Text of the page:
With the invention of the vertically adjustable saw during the sixteenth century, splitting timber by saw became the dominant technique. This method was particularly effective for cutting logs into panelling. For the last couple of centuries, the even more efficient circular saw has been used. For this method, there has to be a rotational force, usually produced by electricity. Rotational energy can also be produced directly by local wind or water turbines, as was the case in most former timber mills. In this way, the loss of energy in conversion to and transport of electricity is eliminated, and energy consumption can be strongly reduced. One should note that sawmills create a lot of dust in the working environment. Dust from western red cedar contains allergenic thujaplicins, and dust from oak and beech is carcinogenic.

There are different techniques of sawing logs: sawing through and through, boxing the heart, true quarter cutting and quarter cutting (see Figure 10.4). Boxing the heart works well with the circular saw and is almost the only method used today.

The wedge is more sensitive with wood than the axe, and the axe is more sensitive than the saw. By using a wedge, the cells are kept whole when the wood is split. Saws cut through the cell walls. This is critical for the timber's absorption of water, which in turn governs the risk of attack by mould or insects. In spruce, which when whole has an impermeable membrane between the pores, this is particularly important.

Timber from deciduous trees often has high inner tensions. To avoid twisting in the sawn timber, it is preferable to keep to smaller dimensions. On average, a sawmill will convert about half of a typical trunk to construction lumber, whilst the rest is by-products and waste, often going to production of paper, energy or chemicals.

Drying. Some researchers say that the drying routines for freshly sawn timber are more important for its durability than the time of felling (Raknes, 1987).

In order to use sawn timber, 70-90% of the original moisture must be dried out, depending upon the end use. The sawn timber is stacked horizontally with plenty of air movement around it, and is dried under pressure. The stack can be placed outdoors or in special drying rooms. The outdoor method is more reliable for drying winter-felled trees during spring, as artificial drying produces some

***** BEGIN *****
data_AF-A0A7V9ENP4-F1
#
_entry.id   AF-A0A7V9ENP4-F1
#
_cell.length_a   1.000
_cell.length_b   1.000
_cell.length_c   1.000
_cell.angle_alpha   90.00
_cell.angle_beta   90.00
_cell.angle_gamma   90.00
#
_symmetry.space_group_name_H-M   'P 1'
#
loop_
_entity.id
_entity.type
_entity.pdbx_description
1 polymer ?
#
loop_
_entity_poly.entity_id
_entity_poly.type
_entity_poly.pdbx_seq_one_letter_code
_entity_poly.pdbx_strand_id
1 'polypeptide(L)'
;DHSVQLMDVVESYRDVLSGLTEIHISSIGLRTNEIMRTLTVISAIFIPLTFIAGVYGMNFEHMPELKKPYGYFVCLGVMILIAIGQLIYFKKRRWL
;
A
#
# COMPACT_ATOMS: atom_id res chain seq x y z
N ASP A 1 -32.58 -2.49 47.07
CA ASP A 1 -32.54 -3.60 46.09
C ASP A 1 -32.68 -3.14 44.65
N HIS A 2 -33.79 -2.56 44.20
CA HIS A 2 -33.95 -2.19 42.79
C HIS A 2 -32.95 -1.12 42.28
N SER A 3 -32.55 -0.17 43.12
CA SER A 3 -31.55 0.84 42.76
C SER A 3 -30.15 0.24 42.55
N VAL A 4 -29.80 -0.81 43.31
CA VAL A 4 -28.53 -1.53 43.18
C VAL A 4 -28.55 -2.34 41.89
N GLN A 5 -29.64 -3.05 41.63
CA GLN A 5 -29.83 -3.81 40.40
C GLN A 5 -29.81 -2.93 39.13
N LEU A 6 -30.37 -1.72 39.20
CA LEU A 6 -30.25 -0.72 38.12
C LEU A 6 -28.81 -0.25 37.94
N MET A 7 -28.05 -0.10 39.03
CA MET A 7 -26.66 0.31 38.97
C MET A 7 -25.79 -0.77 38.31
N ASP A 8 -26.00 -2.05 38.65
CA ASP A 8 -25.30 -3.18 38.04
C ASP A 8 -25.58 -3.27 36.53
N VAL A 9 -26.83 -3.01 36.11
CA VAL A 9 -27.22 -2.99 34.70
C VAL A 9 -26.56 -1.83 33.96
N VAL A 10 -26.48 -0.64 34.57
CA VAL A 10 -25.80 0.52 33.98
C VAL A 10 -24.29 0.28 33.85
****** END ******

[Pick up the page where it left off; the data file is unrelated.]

10.4

(a) Different methods of dividing up timber; (b) Qualities of panelling and planks.

10.4

(a) Different methods of dividing up timber; (b) Qualities of panelling and planks.

problems. Certain types of mould tolerate the temperatures used in this technique, and develop quickly on the surface of the wood during drying, emitting spores that can cause allergies. It has also been noted that the easily soluble sugars that usually evaporate during the slow drying process are still present in artificially dried timber, and become a perfect breeding ground for mould. It is also possible that the natural resins in the timber do not harden properly. This could be, for example, why there often are considerable emissions of natural formaldehyde in buildings made purely of timber. Formaldehyde is an unwelcome substance in an indoor climate, and can cause irritation in the ears, nose and throat, allergies, etc. Another reason for drying timber outside is the lower energy consumption, which for an ordinary load of timber rises by 300% when dried artificially.

Drying outside is best carried out in the spring. The number of months required for drying can be roughly estimated by multiplying the thickness of the timber in centimetres with 3.2 for spruce and 4.5 for pine. Normal planks take about three months, deciduous trees take longer. When building with logs it is best to fell, notch and use the timber while it is still moist. Logs with large dimensions have a long drying time - it can take years. A log building will therefore shrink between 5 and 10 cm on each floor. When the moisture content has decreased to 15-20%, windows and panelling can be installed.

10.5

Solar drying of timber. Source: Hall, 1981.